And how is a student to know the quality of what they are buying? Standards
matter. Standards take time. Easy money and quality rarely go hand in hand.
@ midwest momStandards have to be developed and i think this guy
@ Midwest MomOoops,I hit submit inadvertently.
Apple's Swift is the standard and this guy is teaching it based on his
being first to use the on-line resources available to him. I believe
he is pretty smart to see a need and be one of the first to fill it. Hamburgers today are not standardized but Ray Kroc sure saw an opportunity and
made good on it. Henry Ford sure saw an opportunity to make good on
non-standardisezd horseless carriages by mass producing automobiles. Bill Gates
sure saw an opportunity to be first to market with someone else's brain
child. To say that easy money and quality rarely go hand in hand is
not necessarily a correct statement.
@ Midwest MomSomething can be better than nothing. I am not sure if
it is in this case because I haven't taken his class.They say
two heads are better than one though and if this guy already went through the
processed and regurgitated the information in a more easy to understand way then
he already did a bunch of the grunt work.
Nice project and should make an interesting graduate thesis, but do those taking
the course receive upper or lower level college credit and what/which university
will grant them usable and transferable credit?
Perhaps look to the case of the Minnesota Attorney General suing a for-profit
university. The school promised an education. The tuition was very expensive.
The students discovered, upon "graduation," that their school's
courses were not accredited. They cannot be employed in their fields.Technology is a tool, not the answer to everything. Teaching never has been a
big money maker. Those who see it as a slush fund are not looking at the
students, but the bottom line.
Way to go, Mr. Udemy. You saw an opportunity and anticipated a need, and are
now reaping the benefits. Congratulations.
@Midwest MomYou are comparing an Apple and an Orange.This article doesn't mention anything about accredidation, degrees,
etc.It is focused on the BYU grad paying attention to the market and
filling a hole that he saw that was present.His class is 100$ class
on Udemy to understand the Swift Programming language better.I will
agree that it probably wasn't work $100 but I could be wrong.
Give me a break.Here is a guy that studied the material and saw that he
could help other people, and at the same time make some money. He did not
promise any accreditation but just making life easier for some.What is
wrong with that? He is a smart fellow that saw opportunities where some of us
see only problems and don’t create anything. HE IS GOOD.
@Midwest MomDo your kids have to show you how to fix the remote when you
mess it up? I'm not sure you have a handle on the real world. Some hugely
successful entrepreneurs quit college to launch their tech businesses. This is a
programming language! You don't need accreditation to do great things with
it. The people who are taking the class might now be able to launch their own
web site or create an app or something. You don't need a full on university
education to do that. And the price of 100 bucks….that sounds like a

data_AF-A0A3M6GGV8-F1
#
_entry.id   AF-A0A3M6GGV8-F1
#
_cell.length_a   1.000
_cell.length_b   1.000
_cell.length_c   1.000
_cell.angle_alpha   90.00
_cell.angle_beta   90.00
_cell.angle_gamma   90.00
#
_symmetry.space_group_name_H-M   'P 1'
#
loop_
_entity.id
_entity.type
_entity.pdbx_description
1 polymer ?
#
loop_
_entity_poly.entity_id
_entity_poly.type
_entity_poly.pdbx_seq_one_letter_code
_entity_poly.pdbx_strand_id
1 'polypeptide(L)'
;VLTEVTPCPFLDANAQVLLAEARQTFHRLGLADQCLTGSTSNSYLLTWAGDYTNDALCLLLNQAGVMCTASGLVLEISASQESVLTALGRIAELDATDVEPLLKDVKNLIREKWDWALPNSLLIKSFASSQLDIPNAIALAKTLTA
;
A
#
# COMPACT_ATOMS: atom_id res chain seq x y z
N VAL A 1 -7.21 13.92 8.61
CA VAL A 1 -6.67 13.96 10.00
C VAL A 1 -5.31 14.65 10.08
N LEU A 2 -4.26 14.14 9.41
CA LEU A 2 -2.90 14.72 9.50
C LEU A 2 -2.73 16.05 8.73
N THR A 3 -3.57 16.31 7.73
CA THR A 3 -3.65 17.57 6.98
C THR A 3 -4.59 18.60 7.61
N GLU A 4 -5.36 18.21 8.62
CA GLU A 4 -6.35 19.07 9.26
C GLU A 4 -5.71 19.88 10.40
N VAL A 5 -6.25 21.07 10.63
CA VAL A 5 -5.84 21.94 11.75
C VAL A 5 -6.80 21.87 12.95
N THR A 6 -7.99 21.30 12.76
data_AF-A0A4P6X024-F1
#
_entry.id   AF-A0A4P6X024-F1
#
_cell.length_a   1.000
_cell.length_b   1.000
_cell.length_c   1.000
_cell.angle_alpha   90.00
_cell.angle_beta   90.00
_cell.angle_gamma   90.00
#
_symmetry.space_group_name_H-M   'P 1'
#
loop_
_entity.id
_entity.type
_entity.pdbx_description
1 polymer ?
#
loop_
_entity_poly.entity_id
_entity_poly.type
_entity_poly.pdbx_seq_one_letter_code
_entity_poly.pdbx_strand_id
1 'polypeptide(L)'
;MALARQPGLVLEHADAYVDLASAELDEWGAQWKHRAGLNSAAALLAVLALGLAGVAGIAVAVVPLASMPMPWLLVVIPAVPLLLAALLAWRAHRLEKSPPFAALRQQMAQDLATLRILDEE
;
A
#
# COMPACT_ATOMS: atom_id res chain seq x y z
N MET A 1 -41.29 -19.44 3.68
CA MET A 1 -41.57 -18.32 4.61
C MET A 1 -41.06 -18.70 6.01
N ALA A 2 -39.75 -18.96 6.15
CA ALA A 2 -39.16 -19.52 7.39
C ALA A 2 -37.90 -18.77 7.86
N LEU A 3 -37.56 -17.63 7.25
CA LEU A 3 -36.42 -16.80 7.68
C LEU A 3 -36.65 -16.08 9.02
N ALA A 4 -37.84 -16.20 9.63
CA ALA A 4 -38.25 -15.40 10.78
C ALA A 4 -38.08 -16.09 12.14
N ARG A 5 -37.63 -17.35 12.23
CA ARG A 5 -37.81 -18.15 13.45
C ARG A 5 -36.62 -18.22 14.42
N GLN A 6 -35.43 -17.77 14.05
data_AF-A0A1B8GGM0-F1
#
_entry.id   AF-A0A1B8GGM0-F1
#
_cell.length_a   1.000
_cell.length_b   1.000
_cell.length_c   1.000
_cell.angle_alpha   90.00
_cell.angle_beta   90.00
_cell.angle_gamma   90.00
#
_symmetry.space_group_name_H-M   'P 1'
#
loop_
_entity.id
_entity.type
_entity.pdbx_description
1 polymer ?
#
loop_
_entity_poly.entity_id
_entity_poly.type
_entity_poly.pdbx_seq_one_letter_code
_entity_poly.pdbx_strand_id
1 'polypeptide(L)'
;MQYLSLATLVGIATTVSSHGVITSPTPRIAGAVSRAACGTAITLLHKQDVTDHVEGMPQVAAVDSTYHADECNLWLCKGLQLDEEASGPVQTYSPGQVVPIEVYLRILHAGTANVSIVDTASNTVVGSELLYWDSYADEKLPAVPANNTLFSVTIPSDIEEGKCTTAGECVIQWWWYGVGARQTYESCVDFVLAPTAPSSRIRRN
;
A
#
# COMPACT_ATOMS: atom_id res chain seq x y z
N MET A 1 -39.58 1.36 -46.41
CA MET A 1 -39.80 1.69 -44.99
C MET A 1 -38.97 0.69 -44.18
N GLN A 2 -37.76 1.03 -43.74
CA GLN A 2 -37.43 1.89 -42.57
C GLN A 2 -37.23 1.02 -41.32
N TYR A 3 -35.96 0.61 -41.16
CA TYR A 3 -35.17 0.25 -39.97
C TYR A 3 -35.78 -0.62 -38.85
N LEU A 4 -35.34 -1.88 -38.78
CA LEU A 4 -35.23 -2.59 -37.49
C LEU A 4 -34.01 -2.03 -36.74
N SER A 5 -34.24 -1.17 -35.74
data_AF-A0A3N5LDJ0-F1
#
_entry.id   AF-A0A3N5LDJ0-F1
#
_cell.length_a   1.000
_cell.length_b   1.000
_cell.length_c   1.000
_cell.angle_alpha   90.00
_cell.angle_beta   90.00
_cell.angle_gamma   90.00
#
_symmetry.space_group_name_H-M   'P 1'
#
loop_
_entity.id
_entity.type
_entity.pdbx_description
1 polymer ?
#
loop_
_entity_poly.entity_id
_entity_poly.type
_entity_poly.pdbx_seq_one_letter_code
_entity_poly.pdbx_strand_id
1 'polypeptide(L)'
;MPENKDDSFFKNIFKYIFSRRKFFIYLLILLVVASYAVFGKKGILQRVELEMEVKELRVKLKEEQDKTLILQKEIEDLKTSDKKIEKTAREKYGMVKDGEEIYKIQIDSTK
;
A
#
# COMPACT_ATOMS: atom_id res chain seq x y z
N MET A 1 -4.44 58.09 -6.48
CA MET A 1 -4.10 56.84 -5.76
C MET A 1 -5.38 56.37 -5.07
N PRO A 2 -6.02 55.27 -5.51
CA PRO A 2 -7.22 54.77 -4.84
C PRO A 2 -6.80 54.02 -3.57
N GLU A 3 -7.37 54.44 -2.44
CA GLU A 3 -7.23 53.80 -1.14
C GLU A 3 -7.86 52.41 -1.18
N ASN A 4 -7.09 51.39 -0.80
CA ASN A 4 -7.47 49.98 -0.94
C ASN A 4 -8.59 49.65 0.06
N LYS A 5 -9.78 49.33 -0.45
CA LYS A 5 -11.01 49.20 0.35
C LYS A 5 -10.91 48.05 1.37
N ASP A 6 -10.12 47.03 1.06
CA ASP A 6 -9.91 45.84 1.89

bargain to me. I am telling my daughter about this class and will pay for it
too!Good job young man!Also, my 61 year old husband just
graduated from one of those expensive private schools with a degree in physical
therapist assistant AND he got a job! He had an education already, but was
unable to land a job. He did not give up, he just kept on trucking.' AND
the company that hired him is making payments on his student loan. I am sorry
about the students who don't check out their schools very well. Theydummy.
Sounds like many are drinking the liberal Kool Aid, and taking up the mantra
"you didn't build that business" from our esteemed leader. Instead,
we should be applauding this kind of enterprise, and so what if he isn't
the smartest expert on the subject, I remember an old saw that an expert is
anyone from over 100 miles away. Instead of graduating from college,
moving home, and working at MickeyD's this kid put in what I would think is
a substantial effort producing 79 videos, marketed a product there are
apparently people out there willing to buy, and is at least a short term
success. That is what America is about people.
Before we all continue denouncing free enterprise, jumping all over Midwest Mom,
or whatever else news commenters generally do, go check out the actual site
first. (Can't include a link here, though.) This is NOT a traditional
university setup; they don't promise degree programs or even college
credit. I don't see that Udemy is accredited--a process that can take
years, BTW, so no surprise there. They do promise that courses are audited for
quality and that instructors' credentials are verified, though. My own 2c after consulting the site: No informed student should mistake this
business enterprise for an actual university. Let the buyer beware. However,
universities are gradually changing to adapt to the online environment in many
ways, so what a "university" is in the 21st century is also in process.
Udemy also strikes me as an intriguing idea for adult continuing education and
an overall resource for knowledge. (In a "how'd you like to learn more
about..." sort of way.) Anyway: It remains to be seen whether it becomes a
quality resource for informed adult learners or (heaven forbid) the Wikipedia of
His name is "N"ick, not "R"ick! And yes, he is a very smart and
enterprising young man. Great Job Nick!